Learning an instrument takes a lot of time and practice, but is a process that adds enjoyment and fulfillment to your life. To be a well-rounded musician and take your performance skills to the next level, it is important to take time and learn about the other facets of music besides your own instrument.
That’s right. Taking music lessons and studying music is critical, but there’s more to it than that. Let’s look at some of the things you need to learn in order to truly learn your craft.
Important Skills to Learn When Studying Music
- music theory: how music works and how to better analyze and understand the pieces you play
- music history: the style and background to each piece you play and how it fits into the history of music as a whole
- composition: the best way to get into a composer’s head is to compose music yourself!
- improvisation: music is a living art, and should involve creation as much as repetition
- applied literature: this involves knowing the body of repertoire available for your instrument, which is like a survey of the music history for your particular field
- dalcroze: this genre is not readily available, but is an amazing learning tool for young and beginner musicians
- masterclasses: what better way to learn than to watch someone else’s lesson?
Below is a more in-depth look into each of these topics, how they add to your musicianship, and how to get started learning about them.
1. Music Theory
Music theory is the study of how music works. This includes learning notes, rhythm exercises, and sightreading exercises to the theory behind scales, chord progressions, and harmonization. There is also musical analysis involved such as understanding the structure of pieces, counterpoint, and writing in harmonies. Furthermore, one learns dictation through rhythmic, melodic, and harmonic dictation.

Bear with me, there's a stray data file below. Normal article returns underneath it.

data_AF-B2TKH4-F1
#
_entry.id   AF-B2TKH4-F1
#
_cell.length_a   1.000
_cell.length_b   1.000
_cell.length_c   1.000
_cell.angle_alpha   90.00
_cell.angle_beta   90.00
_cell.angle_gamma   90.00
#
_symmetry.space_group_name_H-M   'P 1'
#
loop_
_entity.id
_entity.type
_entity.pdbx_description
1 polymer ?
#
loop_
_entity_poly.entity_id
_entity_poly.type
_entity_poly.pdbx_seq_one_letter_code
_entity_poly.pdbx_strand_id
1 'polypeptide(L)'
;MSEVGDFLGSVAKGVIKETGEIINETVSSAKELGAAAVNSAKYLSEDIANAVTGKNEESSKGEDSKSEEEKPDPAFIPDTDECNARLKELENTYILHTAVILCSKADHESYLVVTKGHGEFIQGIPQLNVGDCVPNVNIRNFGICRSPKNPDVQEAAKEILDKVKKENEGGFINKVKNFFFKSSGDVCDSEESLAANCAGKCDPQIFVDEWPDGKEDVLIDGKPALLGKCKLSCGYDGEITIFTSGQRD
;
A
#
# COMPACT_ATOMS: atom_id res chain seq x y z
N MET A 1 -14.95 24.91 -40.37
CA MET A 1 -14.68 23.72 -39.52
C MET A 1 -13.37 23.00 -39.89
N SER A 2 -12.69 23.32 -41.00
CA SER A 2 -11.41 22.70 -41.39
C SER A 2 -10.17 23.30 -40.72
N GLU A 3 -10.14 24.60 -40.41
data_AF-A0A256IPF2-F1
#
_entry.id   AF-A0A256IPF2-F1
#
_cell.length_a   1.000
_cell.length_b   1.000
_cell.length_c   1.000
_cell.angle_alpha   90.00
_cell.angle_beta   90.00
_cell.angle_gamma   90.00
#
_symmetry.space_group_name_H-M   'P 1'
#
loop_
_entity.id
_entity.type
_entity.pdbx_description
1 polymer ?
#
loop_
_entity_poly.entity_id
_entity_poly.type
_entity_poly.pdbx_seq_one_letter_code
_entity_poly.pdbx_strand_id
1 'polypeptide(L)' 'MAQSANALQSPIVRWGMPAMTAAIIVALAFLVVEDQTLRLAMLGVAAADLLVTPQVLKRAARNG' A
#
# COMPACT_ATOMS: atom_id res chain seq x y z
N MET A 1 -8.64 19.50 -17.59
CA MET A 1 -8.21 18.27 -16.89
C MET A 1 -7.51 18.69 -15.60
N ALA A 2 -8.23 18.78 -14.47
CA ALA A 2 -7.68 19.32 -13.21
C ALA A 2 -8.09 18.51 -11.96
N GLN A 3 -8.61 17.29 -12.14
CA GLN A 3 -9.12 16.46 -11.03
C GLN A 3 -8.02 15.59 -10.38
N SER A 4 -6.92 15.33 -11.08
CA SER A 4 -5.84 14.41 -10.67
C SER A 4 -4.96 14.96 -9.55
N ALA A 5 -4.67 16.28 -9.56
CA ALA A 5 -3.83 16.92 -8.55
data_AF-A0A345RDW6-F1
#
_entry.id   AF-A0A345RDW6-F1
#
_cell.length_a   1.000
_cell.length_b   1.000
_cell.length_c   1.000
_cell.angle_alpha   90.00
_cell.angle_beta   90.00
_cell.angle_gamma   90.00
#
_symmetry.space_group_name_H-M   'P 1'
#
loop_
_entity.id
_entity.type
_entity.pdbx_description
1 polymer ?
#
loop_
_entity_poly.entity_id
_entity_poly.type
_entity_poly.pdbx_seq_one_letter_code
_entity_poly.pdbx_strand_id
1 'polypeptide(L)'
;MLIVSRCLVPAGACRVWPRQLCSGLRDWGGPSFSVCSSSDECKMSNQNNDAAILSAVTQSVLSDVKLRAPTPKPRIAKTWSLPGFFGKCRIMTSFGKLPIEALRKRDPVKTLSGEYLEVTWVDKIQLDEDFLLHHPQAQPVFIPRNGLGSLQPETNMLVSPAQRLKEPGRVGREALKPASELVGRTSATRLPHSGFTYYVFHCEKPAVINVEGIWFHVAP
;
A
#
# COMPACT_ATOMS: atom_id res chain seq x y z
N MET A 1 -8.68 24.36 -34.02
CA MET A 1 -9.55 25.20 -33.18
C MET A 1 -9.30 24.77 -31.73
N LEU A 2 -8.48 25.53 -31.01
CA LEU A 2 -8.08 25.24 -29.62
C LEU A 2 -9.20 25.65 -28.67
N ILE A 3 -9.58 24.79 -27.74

Theory is an integral part of composition, as composers must understand how music works in order to write music. As performers, understanding these aspects will improve our own analysis of our pieces, and is necessary to begin developing your own interpretation on pieces.
If your teacher does not teach theory, the piano methods books by Faber (Piano Adventures), Bastien, and Alfred all offer Theory books that follow along with the various lesson levels.
2. Music History
Music history is a study of styles and trends from past to present. Learning a piece is not just about playing notes, but playing them in the right manner that fits the time period and wish of the composer. Just like clothing trends changing over time, making sure you are stylistically accurate is important in playing the piece well.
Many advanced pieces also have a history, such as who it was dedicated for, what it meant to the composer, and maybe even political or social connections. These are all important to know to have a deeper understanding of the pieces you play.
Grab a complete music history book like Norton Anthology of Western Music (by J. Peter Burkholder) to begin your journey.
What better way to understand a piece than to understand the person who composed it and how they composed? Learning to compose teaches us how to be creative and make new music. It also teaches us what we like or prefer in music, and helps us think of different ways to express our thoughts through music. By trying it ourselves, we can better understand how the composers of our pieces tried to convey their thoughts to paper.